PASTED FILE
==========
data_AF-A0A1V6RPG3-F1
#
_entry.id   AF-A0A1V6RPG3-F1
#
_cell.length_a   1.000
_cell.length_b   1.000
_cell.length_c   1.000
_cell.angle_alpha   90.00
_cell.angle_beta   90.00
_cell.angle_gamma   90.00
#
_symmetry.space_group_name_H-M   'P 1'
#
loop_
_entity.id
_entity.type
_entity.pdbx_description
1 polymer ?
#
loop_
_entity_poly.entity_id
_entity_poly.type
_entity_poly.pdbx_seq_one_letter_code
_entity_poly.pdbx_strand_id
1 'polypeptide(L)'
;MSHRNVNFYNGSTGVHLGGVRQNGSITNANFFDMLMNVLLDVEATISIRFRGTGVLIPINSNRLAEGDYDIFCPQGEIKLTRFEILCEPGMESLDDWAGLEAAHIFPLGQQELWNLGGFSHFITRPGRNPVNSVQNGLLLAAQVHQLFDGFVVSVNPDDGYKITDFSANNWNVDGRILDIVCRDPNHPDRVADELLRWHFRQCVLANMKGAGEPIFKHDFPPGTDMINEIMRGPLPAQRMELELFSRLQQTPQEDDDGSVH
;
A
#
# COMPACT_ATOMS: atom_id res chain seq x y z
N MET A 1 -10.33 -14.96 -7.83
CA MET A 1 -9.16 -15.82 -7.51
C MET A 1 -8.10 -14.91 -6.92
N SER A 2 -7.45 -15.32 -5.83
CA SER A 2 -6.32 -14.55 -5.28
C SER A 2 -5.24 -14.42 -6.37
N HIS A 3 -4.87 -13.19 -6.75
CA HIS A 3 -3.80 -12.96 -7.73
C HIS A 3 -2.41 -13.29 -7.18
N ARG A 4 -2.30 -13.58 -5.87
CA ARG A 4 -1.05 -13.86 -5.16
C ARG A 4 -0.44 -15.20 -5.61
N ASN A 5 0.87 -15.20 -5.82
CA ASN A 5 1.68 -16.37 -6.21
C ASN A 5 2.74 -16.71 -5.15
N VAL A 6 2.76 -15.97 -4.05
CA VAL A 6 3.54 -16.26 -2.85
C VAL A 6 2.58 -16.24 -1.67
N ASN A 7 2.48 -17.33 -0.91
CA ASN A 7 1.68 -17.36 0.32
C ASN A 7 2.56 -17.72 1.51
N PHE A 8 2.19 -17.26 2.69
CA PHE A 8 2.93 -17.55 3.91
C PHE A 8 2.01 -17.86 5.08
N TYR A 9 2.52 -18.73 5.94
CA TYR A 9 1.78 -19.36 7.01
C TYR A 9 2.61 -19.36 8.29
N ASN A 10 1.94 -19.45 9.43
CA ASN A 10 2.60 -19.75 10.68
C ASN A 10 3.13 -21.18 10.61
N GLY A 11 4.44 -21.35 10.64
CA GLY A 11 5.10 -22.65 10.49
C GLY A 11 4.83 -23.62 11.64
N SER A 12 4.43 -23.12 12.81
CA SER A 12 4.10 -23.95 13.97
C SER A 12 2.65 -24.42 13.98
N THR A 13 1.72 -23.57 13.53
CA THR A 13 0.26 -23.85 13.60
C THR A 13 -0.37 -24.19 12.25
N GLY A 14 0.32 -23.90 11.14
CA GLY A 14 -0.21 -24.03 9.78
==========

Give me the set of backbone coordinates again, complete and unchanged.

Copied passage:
data_AF-A0A1V6RPG3-F1
#
_entry.id   AF-A0A1V6RPG3-F1
#
_cell.length_a   1.000
_cell.length_b   1.000
_cell.length_c   1.000
_cell.angle_alpha   90.00
_cell.angle_beta   90.00
_cell.angle_gamma   90.00
#
_symmetry.space_group_name_H-M   'P 1'
#
loop_
_entity.id
_entity.type
_entity.pdbx_description
1 polymer ?
#
loop_
_entity_poly.entity_id
_entity_poly.type
_entity_poly.pdbx_seq_one_letter_code
_entity_poly.pdbx_strand_id
1 'polypeptide(L)'
;MSHRNVNFYNGSTGVHLGGVRQNGSITNANFFDMLMNVLLDVEATISIRFRGTGVLIPINSNRLAEGDYDIFCPQGEIKLTRFEILCEPGMESLDDWAGLEAAHIFPLGQQELWNLGGFSHFITRPGRNPVNSVQNGLLLAAQVHQLFDGFVVSVNPDDGYKITDFSANNWNVDGRILDIVCRDPNHPDRVADELLRWHFRQCVLANMKGAGEPIFKHDFPPGTDMINEIMRGPLPAQRMELELFSRLQQTPQEDDDGSVH
;
A
#
# COMPACT_ATOMS: atom_id res chain seq x y z
N MET A 1 -10.33 -14.96 -7.83
CA MET A 1 -9.16 -15.82 -7.51
C MET A 1 -8.10 -14.91 -6.92
N SER A 2 -7.45 -15.32 -5.83
CA SER A 2 -6.32 -14.55 -5.28
C SER A 2 -5.24 -14.42 -6.37
N HIS A 3 -4.87 -13.19 -6.75
CA HIS A 3 -3.80 -12.96 -7.73
C HIS A 3 -2.41 -13.29 -7.18
N ARG A 4 -2.30 -13.58 -5.87
CA ARG A 4 -1.05 -13.86 -5.16
C ARG A 4 -0.44 -15.20 -5.61
N ASN A 5 0.87 -15.20 -5.82
CA ASN A 5 1.68 -16.37 -6.21
C ASN A 5 2.74 -16.71 -5.15
N VAL A 6 2.76 -15.97 -4.05
CA VAL A 6 3.54 -16.26 -2.85
C VAL A 6 2.58 -16.24 -1.67
N ASN A 7 2.48 -17.33 -0.91
CA ASN A 7 1.68 -17.36 0.32
C ASN A 7 2.56 -17.72 1.51
N PHE A 8 2.19 -17.26 2.69
CA PHE A 8 2.93 -17.55 3.91
C PHE A 8 2.01 -17.86 5.08
N TYR A 9 2.52 -18.73 5.94
CA TYR A 9 1.78 -19.36 7.01
C TYR A 9 2.61 -19.36 8.29
N ASN A 10 1.94 -19.45 9.43
CA ASN A 10 2.60 -19.75 10.68
C ASN A 10 3.13 -21.18 10.61
N GLY A 11 4.44 -21.35 10.64
CA GLY A 11 5.10 -22.65 10.49
C GLY A 11 4.83 -23.62 11.64
N SER A 12 4.43 -23.12 12.81
CA SER A 12 4.10 -23.95 13.97
C SER A 12 2.65 -24.42 13.98
N THR A 13 1.72 -23.57 13.53
CA THR A 13 0.26 -23.85 13.60
C THR A 13 -0.37 -24.19 12.25
N GLY A 14 0.32 -23.90 11.14
CA GLY A 14 -0.21 -24.03 9.78